Once again it is everyone’s favorite time of year (TIC) and no I’m not referring to spring.
I’m talking about TAX time. April 15 will be here before you know it and in all my years of advising clients I am amazed that every year I have at least one client that has a nasty tax surprise (i.e. they owe Uncle Sam and the IRS a significant amount of money). Also just for clarification the only people who like tax time are the IRS, the Treasury, and CPAs. In other words the people all of us taxpayers pay.
So in preparation of tax season I want to give you 7 questions you should ask your CPA.
How will ______ (insert your major life changes here) affect my taxes?
Many clients don’t realize that certain life events can affect their tax situation. Things like kids going off to college or purchasing a second home may qualify you for new deductions or credits.
If you who got married, had a child, got divorced, or lost a spouse your filing status may change but so will your deductions.
Should I have my employer make adjustments to my withholdings?
If you have had children, got married, divorced, or can no longer claim adult children as dependents you should consider making changes to your W-4 forms.
Also, if you will receive a large tax refund or tax bill you may want to adjust your withholdings to smooth your cash flow.
Should I increase my retirement plan contributions?
Retirement plan contribution limits have been raised in 2015 to $18,000 for employer sponsored 401(k), 403(b) and most 457and thrift plans. Also the catch-up provision has increased to $6,000 for those clients over 50 years old. IRA contributions are still limited to $5,500 with a $1,000 catch up provision.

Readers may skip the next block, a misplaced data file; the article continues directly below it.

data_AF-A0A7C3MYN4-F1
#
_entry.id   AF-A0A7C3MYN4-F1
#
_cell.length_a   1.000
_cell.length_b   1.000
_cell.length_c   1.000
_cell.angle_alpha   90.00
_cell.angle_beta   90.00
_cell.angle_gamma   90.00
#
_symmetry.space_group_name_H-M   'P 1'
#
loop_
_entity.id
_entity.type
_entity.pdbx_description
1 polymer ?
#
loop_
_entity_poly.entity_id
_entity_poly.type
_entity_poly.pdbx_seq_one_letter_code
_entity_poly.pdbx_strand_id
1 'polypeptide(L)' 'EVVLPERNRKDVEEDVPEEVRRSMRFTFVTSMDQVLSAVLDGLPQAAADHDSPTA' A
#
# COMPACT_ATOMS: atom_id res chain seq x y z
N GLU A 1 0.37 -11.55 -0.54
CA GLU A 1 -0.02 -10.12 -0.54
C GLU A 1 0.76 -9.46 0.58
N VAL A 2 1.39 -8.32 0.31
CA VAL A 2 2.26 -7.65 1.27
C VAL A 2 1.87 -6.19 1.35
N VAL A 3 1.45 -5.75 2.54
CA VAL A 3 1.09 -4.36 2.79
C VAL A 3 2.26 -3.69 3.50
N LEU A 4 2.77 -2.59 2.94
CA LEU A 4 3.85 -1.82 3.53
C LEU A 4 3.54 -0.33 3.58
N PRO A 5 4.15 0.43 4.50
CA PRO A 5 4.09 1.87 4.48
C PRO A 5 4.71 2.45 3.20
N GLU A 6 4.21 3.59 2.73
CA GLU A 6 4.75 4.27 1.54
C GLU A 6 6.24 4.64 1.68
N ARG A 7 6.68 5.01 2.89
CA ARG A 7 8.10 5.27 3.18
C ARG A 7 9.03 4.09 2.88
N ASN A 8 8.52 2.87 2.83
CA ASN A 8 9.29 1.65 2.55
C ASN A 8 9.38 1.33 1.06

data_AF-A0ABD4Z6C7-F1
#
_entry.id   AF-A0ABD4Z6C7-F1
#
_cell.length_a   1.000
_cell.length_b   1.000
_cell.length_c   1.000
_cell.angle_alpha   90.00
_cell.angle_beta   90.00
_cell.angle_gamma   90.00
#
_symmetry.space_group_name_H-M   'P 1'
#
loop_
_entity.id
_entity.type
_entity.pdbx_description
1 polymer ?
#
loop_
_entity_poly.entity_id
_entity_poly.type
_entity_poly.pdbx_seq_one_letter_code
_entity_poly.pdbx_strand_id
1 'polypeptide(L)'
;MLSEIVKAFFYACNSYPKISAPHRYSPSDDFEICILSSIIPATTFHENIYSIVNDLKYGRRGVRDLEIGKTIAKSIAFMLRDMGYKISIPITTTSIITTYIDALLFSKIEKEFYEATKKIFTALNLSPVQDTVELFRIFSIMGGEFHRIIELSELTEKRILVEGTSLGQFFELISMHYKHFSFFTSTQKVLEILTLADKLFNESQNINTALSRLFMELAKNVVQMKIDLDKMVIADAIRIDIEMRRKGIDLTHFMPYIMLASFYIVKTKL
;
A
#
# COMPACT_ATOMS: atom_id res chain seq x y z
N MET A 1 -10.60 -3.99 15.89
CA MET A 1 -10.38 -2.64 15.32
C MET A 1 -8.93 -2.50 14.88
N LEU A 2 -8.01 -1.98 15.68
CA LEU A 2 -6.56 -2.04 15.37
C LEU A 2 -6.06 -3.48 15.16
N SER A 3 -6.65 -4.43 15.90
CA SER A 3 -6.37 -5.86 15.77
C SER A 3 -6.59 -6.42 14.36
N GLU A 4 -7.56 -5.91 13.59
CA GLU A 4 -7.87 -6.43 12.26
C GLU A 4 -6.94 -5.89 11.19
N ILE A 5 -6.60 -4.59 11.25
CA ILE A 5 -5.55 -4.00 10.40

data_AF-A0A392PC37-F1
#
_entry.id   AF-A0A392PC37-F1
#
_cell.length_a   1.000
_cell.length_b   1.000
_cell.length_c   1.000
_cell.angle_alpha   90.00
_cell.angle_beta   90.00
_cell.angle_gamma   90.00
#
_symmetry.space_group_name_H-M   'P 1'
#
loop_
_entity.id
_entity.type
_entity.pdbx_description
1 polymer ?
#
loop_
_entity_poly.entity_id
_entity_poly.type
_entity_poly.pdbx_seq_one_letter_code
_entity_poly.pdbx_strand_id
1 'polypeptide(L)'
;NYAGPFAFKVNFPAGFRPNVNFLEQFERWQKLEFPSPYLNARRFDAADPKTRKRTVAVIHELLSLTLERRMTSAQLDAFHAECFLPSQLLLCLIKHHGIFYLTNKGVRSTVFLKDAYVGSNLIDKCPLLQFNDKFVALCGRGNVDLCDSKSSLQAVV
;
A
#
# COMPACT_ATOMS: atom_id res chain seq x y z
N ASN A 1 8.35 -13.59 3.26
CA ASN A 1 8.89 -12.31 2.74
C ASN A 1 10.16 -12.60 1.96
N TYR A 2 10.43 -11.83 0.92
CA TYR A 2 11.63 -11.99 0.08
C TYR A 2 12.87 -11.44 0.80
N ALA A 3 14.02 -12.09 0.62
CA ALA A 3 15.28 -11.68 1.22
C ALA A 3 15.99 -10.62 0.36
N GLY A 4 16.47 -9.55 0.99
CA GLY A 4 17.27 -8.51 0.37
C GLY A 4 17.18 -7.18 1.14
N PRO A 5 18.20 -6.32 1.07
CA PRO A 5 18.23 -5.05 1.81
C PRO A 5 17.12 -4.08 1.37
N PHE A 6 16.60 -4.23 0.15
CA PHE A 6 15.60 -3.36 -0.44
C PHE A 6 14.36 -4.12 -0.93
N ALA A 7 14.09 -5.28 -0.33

You should consult with your tax professional regarding making contributions to a traditional or Roth IRA in addition to contributions to your employer sponsored plans. Contributions to an IRA are allowed regardless of income level and are not limited by contributions to an employer sponsored plan though the deductibility of contributions may be affected.
How has the Affordable Care Act affected my taxes?
Last year several new taxes were introduced as a result of the ACA becoming law. Clients saw the effect of the 3.8% Medicare surtax on net investment income over $250,000 for those married filing jointly ($125,000 for single filers). This year clients will need to show proof of being insured for the entire year or they will need to pay a penalty.
For some folks ACA may be a net positive when it comes to taxes but you will have to discuss it with your tax professional.
Can you help me project my 2015 tax bill?
You should review your projected income, deductions, and planned asset sales and other financial events with your tax professional. They should be able to help you prepare a projection of your 2015 tax bill and help you strategize ways to reduce your tax bill.
If you are self-employed you should also ask if your quarterly payments will fall within the safe harbor to avoid paying penalties and interest for any additional tax you may owe in 2015.
How can I lower my tax bill?
Taxes are on the rise. I know that is not news to anyone. After you get your tax professional to project your 2015 tax liability you should ask if there is anything you can do throughout the year to reduce your tax burden. Your tax professional should be ensuring that you maximize your deductions, properly manage your retirement plan contributions, and take advantage of tax credits that are available to you.
Is there anything I should be reviewing with my financial advisor about my investments?
Various tax code changes, including the 3.8% Medicare surtax, changes to capital gains tax rates, and compressed tax brackets for trusts are making tax considerations an important part of making investment decisions. Tax time should be an opportunity to open the lines of communication between all of your professional advisors. It is important so that you can have an effective and tax efficient planning relationship for your investments and financial affairs.
Peter Huminski AWMA
The opinions voiced in this material are for general information only and are not intended to provide specific advice or recommendations for any individual. We suggest that you discuss your specific situation with a qualified tax professional.